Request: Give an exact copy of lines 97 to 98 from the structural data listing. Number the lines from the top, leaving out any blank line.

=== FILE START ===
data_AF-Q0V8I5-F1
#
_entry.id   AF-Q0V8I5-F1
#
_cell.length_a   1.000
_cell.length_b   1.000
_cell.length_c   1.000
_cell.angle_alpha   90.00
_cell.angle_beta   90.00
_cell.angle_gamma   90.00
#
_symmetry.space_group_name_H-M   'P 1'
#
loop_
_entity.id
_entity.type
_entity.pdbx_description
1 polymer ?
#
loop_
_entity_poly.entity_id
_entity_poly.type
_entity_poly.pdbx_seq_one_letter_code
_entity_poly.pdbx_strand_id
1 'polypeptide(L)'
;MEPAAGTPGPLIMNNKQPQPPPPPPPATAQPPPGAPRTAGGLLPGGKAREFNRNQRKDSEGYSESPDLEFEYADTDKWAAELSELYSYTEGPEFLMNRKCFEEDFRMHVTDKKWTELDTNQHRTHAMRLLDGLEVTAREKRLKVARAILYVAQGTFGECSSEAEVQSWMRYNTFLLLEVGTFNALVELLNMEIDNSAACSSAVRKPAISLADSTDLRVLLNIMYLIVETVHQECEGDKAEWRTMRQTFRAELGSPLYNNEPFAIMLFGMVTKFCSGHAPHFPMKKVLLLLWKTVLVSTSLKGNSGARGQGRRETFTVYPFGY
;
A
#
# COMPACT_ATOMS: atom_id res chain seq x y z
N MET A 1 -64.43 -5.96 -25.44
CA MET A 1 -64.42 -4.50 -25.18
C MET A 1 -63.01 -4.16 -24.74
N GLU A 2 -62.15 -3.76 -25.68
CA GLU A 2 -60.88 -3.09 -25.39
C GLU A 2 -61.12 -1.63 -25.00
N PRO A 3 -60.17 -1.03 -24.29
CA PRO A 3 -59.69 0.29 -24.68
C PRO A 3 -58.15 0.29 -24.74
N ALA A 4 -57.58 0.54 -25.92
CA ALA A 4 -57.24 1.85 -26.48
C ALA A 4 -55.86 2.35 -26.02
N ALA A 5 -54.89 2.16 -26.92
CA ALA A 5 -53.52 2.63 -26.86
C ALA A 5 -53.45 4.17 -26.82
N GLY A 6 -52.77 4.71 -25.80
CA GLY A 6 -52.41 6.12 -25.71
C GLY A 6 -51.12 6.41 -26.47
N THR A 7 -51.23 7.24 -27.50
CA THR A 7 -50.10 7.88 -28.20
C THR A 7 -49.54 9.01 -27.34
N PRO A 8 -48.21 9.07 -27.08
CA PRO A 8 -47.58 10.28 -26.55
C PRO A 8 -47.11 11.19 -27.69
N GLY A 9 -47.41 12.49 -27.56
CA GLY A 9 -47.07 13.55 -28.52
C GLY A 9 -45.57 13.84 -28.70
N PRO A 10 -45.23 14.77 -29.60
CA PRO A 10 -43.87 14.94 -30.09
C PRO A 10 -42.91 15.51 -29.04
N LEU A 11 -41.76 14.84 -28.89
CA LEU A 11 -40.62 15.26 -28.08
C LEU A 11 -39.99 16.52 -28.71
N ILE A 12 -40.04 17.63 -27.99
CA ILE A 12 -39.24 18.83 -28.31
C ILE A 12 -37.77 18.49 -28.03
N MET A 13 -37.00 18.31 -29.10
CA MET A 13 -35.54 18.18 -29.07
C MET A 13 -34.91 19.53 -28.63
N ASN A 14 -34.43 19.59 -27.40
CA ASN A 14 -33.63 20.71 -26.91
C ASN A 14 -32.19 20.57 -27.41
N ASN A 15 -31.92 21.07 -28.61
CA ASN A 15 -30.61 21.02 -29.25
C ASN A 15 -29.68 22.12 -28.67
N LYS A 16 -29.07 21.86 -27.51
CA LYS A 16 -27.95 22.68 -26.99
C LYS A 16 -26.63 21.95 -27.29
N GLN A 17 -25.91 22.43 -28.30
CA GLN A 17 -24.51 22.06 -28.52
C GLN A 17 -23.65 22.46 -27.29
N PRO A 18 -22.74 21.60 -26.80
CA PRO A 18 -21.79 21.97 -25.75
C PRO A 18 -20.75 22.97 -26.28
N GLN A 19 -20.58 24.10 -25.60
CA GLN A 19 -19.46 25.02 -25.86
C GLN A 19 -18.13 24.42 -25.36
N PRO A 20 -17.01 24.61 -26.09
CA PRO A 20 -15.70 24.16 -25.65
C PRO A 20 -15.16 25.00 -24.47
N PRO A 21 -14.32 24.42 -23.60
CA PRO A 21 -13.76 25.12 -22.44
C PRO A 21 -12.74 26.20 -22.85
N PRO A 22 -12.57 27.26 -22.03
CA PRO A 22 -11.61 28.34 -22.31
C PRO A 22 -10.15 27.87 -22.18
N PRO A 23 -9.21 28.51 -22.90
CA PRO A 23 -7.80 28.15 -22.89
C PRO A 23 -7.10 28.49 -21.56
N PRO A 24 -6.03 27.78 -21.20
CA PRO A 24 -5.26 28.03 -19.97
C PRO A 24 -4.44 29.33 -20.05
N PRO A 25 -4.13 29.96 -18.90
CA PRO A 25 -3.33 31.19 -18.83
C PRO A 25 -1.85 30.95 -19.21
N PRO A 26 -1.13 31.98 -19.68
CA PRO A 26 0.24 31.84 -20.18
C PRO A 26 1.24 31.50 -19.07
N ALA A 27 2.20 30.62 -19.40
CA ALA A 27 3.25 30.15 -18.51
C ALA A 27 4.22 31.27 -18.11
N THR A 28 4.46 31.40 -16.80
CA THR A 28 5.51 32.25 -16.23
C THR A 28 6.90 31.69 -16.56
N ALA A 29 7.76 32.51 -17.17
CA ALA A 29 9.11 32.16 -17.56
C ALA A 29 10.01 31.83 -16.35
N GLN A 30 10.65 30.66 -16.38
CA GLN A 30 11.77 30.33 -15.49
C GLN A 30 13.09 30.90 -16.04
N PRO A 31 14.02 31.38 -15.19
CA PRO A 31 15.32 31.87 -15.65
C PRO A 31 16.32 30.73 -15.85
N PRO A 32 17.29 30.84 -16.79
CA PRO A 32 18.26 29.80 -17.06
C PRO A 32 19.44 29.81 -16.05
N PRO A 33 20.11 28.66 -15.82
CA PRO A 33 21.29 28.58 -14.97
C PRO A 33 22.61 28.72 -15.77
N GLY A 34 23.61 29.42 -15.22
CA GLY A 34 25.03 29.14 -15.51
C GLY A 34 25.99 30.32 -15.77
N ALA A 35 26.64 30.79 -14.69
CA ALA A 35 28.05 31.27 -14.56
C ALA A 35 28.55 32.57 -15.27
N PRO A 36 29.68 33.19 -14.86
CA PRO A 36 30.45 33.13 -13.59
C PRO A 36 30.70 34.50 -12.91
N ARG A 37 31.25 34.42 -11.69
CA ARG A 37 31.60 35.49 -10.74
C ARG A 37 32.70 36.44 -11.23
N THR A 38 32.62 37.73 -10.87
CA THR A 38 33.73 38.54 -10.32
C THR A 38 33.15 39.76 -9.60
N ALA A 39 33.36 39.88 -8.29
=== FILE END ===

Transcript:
N PRO A 23 -9.21 28.51 -22.90
CA PRO A 23 -7.80 28.15 -22.89